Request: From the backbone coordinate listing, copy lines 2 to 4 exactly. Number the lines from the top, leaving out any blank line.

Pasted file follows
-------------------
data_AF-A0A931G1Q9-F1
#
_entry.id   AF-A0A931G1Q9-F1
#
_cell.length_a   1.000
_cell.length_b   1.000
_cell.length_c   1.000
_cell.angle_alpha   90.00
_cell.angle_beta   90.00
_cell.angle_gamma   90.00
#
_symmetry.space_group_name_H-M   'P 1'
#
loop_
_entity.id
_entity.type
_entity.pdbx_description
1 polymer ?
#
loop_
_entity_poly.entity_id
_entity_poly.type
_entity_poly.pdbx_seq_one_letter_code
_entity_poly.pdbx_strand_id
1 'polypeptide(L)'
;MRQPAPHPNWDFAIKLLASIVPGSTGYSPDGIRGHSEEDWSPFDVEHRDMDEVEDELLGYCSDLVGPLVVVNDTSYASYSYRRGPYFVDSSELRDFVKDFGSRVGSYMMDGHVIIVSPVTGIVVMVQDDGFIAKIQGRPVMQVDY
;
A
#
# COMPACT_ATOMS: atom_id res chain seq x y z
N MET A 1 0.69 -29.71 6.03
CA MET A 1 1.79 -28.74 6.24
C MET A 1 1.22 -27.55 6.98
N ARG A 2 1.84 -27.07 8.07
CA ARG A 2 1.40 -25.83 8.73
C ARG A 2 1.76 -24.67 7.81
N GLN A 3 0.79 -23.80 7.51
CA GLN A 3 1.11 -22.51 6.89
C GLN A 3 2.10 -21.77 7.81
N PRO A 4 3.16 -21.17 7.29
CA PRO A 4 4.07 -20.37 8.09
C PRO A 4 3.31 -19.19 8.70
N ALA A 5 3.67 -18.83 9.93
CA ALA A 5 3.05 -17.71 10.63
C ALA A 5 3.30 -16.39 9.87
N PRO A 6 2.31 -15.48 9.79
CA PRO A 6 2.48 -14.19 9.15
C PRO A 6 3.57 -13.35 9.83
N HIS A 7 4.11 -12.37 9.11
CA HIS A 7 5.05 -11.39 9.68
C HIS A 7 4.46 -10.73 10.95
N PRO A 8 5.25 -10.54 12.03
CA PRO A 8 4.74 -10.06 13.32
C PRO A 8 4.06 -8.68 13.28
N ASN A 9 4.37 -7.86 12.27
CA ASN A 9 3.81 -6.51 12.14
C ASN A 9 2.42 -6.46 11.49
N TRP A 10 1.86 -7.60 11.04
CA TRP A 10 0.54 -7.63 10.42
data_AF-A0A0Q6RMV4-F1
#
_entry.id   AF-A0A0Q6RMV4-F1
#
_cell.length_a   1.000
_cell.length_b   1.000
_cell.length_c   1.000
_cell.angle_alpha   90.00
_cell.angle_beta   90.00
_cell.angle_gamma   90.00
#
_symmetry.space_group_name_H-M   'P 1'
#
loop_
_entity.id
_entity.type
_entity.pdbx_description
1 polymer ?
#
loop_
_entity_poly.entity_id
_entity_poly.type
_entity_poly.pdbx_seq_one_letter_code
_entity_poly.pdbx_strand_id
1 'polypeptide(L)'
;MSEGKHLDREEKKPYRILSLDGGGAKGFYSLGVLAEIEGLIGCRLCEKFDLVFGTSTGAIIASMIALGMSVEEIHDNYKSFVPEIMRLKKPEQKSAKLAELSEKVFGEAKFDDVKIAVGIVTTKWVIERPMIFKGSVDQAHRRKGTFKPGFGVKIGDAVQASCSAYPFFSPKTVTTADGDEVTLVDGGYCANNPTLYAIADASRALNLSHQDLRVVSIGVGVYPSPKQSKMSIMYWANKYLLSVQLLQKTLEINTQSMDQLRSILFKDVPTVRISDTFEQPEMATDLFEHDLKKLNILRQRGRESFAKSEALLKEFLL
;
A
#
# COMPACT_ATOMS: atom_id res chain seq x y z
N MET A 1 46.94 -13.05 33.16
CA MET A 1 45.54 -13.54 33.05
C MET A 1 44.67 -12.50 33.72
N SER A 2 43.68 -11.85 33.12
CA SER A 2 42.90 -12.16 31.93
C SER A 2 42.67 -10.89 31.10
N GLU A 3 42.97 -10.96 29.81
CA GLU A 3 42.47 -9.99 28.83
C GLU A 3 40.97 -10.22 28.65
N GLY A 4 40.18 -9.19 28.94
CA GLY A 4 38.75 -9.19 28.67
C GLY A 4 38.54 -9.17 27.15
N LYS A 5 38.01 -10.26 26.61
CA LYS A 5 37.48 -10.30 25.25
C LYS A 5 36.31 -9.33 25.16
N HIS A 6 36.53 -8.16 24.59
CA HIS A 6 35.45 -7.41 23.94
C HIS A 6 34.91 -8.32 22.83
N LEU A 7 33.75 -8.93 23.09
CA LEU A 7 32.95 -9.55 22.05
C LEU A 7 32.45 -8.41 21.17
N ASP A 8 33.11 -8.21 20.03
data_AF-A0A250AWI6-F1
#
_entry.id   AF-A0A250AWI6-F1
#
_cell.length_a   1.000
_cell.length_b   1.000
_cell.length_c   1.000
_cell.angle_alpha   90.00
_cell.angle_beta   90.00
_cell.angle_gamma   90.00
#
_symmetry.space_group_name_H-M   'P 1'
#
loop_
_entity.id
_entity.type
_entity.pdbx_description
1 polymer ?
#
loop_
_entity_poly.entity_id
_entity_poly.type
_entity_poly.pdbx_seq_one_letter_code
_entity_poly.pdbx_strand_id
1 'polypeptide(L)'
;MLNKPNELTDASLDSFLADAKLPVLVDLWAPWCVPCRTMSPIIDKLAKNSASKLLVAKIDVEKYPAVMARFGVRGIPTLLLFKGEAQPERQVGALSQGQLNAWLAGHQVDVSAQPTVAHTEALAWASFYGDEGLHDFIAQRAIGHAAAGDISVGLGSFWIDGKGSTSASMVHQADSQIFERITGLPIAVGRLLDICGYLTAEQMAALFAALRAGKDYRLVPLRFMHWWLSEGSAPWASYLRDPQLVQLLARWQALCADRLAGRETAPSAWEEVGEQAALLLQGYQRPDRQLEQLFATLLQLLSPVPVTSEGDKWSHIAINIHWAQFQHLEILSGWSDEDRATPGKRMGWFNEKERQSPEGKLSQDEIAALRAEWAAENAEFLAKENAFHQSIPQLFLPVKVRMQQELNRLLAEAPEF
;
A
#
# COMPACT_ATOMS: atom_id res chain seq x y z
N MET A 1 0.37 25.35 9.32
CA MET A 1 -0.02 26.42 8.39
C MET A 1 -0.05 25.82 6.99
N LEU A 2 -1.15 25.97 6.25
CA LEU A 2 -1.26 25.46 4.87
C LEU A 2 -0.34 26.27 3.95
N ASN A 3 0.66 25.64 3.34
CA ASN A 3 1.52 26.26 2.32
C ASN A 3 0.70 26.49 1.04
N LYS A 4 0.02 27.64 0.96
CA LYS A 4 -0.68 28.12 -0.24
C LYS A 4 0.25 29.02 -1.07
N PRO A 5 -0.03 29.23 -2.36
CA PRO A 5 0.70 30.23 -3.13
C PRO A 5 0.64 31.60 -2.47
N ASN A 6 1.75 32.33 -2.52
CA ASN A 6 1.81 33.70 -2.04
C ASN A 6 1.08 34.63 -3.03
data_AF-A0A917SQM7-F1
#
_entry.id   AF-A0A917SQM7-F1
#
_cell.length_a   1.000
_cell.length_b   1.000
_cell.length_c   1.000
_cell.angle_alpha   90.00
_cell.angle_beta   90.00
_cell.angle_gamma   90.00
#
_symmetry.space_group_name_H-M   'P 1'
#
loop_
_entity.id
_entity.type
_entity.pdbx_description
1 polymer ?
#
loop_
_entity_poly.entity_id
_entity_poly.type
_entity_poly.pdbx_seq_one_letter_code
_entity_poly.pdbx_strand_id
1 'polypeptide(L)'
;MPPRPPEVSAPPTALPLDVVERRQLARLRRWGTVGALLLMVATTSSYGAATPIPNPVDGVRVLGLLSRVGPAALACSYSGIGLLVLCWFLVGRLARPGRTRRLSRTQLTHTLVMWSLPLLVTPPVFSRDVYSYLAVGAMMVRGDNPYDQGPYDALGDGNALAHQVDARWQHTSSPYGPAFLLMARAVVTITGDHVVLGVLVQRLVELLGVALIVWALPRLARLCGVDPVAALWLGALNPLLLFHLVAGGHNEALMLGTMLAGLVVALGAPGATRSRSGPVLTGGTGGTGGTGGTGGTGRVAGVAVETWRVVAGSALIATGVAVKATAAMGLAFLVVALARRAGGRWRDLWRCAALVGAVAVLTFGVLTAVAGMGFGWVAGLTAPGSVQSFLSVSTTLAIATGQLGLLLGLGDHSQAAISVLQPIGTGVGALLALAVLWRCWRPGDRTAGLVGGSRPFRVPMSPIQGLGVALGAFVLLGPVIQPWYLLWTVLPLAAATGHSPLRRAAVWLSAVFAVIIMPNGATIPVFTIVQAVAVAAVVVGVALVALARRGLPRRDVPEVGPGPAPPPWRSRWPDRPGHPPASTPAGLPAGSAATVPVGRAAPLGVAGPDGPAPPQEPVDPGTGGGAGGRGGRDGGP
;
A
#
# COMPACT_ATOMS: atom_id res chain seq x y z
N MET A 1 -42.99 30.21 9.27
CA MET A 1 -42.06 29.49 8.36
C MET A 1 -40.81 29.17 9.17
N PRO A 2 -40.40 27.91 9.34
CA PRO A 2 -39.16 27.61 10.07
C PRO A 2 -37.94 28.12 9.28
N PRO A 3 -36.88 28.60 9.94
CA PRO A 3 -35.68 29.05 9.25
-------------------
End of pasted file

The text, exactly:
#
_entry.id   AF-A0A931G1Q9-F1
#